Judgement has been reserved in the case of Donegal man John Downey who is wanted in Northern Ireland on suspicion of involvement in the murder of two soldiers.
Downey is appealing against an order by the High Court to extradite him to Belfast.
Police in Northern Ireland sought John Downey's extradition over the murder of two Ulster Defence Regiment soldiers in 1972.
Alfred Johnston and James Eames died in a bomb in Enniskillen, County Fermanagh.
Mr Downey was previously accused of the murders of four soldiers in the 1982 IRA Hyde Park bombing.
He had been due to stand trial for those murders in 2014, but the trial collapsed when it emerged that he received a so-called on-the-runs letter - a clear written assurance from the government that he would not be tried unless new evidence came to light.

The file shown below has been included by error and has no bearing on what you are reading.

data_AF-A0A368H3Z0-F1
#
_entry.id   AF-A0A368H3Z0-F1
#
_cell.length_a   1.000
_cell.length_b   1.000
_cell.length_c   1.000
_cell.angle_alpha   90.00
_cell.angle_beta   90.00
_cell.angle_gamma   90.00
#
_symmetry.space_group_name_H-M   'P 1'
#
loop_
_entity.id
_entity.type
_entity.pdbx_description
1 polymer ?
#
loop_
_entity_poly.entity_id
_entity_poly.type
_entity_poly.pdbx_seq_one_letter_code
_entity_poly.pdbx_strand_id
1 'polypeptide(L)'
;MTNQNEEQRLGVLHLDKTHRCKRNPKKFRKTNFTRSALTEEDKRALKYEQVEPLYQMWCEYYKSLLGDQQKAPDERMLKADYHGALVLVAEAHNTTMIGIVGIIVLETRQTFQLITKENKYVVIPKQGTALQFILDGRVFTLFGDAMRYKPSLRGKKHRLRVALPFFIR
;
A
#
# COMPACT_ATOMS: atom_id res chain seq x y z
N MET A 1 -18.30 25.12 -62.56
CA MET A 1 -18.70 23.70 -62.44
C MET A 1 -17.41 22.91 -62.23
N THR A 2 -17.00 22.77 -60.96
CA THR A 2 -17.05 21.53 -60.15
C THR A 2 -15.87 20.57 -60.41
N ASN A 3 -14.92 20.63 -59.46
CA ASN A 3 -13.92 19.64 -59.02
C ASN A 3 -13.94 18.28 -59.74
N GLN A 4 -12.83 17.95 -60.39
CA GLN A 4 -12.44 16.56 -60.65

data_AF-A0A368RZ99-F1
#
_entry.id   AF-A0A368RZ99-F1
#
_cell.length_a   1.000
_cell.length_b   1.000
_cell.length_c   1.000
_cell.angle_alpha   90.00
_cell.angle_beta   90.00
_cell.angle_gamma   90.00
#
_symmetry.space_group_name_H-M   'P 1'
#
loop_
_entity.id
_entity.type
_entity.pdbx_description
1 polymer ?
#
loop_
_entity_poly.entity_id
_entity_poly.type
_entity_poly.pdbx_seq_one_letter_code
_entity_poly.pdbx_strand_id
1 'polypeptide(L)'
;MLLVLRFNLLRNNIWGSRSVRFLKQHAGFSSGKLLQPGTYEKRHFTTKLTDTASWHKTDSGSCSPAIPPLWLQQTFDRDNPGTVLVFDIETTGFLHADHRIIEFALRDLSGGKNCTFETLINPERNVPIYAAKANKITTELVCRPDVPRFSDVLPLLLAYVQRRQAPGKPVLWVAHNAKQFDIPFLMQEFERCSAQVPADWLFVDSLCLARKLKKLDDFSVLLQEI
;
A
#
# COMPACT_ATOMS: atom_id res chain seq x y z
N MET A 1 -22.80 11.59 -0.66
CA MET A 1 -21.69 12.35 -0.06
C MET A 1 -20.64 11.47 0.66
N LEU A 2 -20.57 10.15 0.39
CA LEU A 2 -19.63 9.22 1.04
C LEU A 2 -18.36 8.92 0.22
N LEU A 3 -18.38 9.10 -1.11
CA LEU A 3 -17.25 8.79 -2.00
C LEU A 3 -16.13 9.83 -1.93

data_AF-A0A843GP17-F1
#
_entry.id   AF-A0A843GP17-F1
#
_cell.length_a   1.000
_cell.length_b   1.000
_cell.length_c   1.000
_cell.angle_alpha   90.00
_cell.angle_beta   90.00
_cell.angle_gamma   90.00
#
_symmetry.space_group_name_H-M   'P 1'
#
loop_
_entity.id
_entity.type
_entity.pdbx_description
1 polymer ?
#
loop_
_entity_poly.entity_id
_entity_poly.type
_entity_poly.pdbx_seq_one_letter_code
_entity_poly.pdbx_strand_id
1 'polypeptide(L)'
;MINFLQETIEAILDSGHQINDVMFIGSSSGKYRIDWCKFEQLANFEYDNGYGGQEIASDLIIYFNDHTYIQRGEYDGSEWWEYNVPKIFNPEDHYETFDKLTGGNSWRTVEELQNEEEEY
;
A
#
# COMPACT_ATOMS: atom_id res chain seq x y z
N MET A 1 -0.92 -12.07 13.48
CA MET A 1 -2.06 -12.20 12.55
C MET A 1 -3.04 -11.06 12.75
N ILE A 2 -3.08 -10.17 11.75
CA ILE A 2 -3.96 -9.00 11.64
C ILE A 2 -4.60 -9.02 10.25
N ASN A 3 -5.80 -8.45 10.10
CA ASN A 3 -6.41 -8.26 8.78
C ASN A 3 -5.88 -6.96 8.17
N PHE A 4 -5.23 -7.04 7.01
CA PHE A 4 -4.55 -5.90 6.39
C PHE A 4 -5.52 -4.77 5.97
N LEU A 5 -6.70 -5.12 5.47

According to the BBC, his lawyer argued that the proposed trial in Belfast was "doomed to failure" at an appeal hearing in Dublin yesterday.
However, counsel for Justice Minister Charlie Flanagan said that there was a degree of "unreality" to the idea that such "on-the-run" letters could be relied upon.